My wife on her own decided that she was not going to join us (to fly planes) and that she would rather remain on the ground and be praying for us. The same way anybody will believe it is risky is the same way she believes it is risky. At this stage now, she is beginning to understand that it is not a risky venture; it is something that is very fulfilling and safe, and she is comfortable with it. I think her happiness is the fact that any of us can take her up and bring her down in an aircraft. And, therefore, we provide her with the convenience of having to move around.
Do you still have the time to fly after becoming a senator?
I fly at least, three times every week. Let me be honest with you: any pilot, except if there are compelling reasons to be on the ground, will like to be in the air. We usually tell ourselves that somebody who wants to kill or gossip or backbite is on the ground but when you are flying, you are nearer to the Almighty, God of peace. We try as much as possible to let people know how safe it is to fly.
What has been the biggest challenge you’ve ever faced as a lawmaker?
I have so far experienced two major challenges. First was when I made a contribution on the floor of the House of Representatives which was grossly misunderstood by the people. Many people concluded that I wanted all the Niger Delta people to be killed. But in their argument, I discovered that it was a misrepresentation of my presentation. The second one happened in the Senate, when I sponsored a bill called ‘Frivolous Petitions Prohibition Bill’, which was misinterpreted to be a bill against the social media without reading the content. Despite the fact that the Chief Justice of Nigeria said that the spirit and content of the bill was okay and necessary, Nigerians rejected it. I am happy that people are beginning to understand the fact that, in a way, if we leave that kind of sector unregulated, it can be injurious even to the growth of the country. I just read (Nobel Laureate, Professor) Wole Soyinka spitting fire over what somebody said about him on social media.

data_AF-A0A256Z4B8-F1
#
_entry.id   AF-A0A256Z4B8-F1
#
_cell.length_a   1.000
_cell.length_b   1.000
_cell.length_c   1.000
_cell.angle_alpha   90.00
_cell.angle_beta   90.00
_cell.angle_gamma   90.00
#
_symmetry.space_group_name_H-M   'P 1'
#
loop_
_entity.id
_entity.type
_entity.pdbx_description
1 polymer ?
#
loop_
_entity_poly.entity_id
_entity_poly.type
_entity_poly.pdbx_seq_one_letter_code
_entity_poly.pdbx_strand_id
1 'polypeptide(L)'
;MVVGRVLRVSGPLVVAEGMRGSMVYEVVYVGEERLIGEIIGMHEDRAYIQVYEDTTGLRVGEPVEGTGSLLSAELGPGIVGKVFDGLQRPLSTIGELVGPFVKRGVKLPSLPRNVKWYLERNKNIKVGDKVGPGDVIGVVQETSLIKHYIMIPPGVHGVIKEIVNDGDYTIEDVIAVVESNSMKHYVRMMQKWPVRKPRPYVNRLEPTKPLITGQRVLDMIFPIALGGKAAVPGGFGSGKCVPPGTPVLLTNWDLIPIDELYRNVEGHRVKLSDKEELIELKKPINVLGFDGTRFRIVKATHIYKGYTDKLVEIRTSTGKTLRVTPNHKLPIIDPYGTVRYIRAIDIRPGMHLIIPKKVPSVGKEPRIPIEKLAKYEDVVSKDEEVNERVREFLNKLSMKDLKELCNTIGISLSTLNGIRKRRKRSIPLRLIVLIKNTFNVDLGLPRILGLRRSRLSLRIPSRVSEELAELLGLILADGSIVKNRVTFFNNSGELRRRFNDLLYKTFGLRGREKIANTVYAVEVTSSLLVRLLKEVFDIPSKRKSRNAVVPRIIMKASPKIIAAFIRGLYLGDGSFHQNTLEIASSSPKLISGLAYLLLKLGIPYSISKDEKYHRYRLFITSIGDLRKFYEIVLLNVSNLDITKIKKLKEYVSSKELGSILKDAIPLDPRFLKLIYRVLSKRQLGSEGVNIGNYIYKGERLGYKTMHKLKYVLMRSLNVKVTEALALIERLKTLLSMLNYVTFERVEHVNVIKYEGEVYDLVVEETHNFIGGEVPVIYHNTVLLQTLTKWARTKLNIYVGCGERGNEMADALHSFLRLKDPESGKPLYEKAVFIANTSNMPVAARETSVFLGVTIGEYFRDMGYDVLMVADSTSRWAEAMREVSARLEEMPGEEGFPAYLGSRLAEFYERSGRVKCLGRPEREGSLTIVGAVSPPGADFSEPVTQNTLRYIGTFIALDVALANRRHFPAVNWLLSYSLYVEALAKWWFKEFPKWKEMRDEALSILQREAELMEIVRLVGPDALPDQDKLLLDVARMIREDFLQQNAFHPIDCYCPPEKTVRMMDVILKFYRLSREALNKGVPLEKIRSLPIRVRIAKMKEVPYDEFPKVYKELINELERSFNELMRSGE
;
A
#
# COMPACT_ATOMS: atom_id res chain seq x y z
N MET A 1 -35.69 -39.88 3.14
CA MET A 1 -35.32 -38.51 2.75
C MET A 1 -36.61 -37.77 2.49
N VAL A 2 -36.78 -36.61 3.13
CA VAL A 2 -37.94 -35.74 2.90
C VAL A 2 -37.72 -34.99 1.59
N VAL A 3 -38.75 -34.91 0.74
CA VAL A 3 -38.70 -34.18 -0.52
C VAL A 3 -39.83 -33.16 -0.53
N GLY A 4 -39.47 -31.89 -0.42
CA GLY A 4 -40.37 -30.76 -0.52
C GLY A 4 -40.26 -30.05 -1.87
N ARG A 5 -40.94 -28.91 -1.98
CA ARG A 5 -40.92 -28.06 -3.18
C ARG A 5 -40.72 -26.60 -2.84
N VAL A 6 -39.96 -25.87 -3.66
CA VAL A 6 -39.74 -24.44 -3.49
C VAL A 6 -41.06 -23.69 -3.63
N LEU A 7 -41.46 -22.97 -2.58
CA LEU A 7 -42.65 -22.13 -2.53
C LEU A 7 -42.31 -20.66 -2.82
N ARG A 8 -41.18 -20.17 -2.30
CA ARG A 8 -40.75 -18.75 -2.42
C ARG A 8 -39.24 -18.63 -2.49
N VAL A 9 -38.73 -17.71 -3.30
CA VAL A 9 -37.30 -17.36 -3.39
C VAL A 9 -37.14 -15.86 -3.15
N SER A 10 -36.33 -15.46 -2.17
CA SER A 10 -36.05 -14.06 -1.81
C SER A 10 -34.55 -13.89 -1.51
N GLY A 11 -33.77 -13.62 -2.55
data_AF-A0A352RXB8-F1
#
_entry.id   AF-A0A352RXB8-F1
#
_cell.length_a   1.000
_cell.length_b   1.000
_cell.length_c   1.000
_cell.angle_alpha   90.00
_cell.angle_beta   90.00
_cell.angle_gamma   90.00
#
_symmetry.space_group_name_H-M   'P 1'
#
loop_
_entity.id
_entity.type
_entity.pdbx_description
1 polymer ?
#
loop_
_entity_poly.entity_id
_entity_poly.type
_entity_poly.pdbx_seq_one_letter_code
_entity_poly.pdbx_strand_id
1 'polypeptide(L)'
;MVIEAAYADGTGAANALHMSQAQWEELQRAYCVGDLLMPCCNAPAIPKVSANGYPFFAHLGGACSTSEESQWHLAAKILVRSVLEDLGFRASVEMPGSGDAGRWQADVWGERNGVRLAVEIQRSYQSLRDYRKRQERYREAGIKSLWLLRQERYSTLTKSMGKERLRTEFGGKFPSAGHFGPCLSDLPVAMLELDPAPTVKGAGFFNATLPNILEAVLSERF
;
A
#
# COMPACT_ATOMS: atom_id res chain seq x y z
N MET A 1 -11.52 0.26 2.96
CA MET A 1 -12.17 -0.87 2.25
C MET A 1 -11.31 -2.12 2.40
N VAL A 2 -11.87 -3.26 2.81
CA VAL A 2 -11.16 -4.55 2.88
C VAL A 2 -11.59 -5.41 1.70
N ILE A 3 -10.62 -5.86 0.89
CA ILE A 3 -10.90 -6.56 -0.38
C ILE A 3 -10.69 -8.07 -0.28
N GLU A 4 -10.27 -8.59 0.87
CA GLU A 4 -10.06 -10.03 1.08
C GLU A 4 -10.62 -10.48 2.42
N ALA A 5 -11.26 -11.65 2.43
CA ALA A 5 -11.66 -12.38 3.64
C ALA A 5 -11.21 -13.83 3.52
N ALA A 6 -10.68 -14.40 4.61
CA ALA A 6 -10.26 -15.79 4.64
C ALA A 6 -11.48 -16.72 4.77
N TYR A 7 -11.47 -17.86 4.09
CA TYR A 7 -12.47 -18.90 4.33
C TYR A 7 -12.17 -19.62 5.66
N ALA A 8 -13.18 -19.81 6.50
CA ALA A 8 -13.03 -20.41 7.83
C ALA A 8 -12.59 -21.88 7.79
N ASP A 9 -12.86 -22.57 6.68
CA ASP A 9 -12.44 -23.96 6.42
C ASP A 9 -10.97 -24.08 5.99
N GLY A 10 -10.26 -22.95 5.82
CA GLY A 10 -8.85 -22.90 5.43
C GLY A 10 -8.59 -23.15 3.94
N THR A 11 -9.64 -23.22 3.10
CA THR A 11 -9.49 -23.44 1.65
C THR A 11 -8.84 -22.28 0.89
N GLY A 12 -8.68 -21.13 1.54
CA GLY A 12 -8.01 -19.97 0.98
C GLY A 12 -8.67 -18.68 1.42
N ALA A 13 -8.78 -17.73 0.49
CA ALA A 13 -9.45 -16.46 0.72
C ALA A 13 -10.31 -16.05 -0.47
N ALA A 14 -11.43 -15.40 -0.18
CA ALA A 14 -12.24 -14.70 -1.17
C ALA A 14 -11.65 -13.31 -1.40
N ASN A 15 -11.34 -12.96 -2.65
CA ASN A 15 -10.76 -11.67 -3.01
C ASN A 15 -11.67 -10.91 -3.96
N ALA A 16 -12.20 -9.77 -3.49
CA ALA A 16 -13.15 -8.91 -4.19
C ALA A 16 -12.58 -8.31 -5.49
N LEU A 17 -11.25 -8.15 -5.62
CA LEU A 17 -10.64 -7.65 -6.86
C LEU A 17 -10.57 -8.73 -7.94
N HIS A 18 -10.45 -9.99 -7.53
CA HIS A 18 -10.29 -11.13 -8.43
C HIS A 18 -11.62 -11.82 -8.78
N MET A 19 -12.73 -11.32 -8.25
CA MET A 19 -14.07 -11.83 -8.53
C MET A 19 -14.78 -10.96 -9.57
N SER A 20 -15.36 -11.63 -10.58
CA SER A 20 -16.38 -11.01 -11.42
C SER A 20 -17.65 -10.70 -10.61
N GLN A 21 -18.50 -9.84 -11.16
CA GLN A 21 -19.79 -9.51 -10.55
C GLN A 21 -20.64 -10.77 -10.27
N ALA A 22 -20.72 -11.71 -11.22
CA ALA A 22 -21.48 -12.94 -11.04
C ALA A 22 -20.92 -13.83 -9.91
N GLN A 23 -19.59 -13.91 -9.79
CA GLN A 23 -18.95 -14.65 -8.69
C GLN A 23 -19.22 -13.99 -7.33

How do you spend your average day?
Normally, my wife wakes up earlier than me – by 4:30am, she is awake and will be praying. That will compel me to wake up by 5am and we will go for Subh (early morning prayer). If the whole family is available in the house, after the prayer, we will hold a meeting and agree on what to do about relations and those who need help. I can assure you that by 7am when I will be going down (the stairs), there will not be less than five or six persons waiting for me to talk to them – from the constituency or members of the family. After having my breakfast, I would go to the office. By 9:15am, I would be at the Senate President’s office to discuss what we are going to do on the floor of the chamber. By 10:30am, we would be in the chamber and close by 2pm. By that time, we have people waiting for us at the office and by the time I finish attending to the people, it is going to be around 6pm. There will be those who have tried their best to enter the National Assembly Complex for one reason or the other but because there was no appointment, they were stopped at the gate. They will then go and wait for me in my house. Once I leave the office by 6pm, I will hold the Magrib (evening prayer) and start attending to the people. The earliest I go to bed would be between 12midnight and 1am. By 5am, I am up again.
Does it mean you don’t have a social life?
It is not easy. I don’t have a social life. In fact, I can tell you that I hardly even have the time to go and do the normal (physical) exercises that I am used to. It is really very challenging.
Source: Punch Newspaper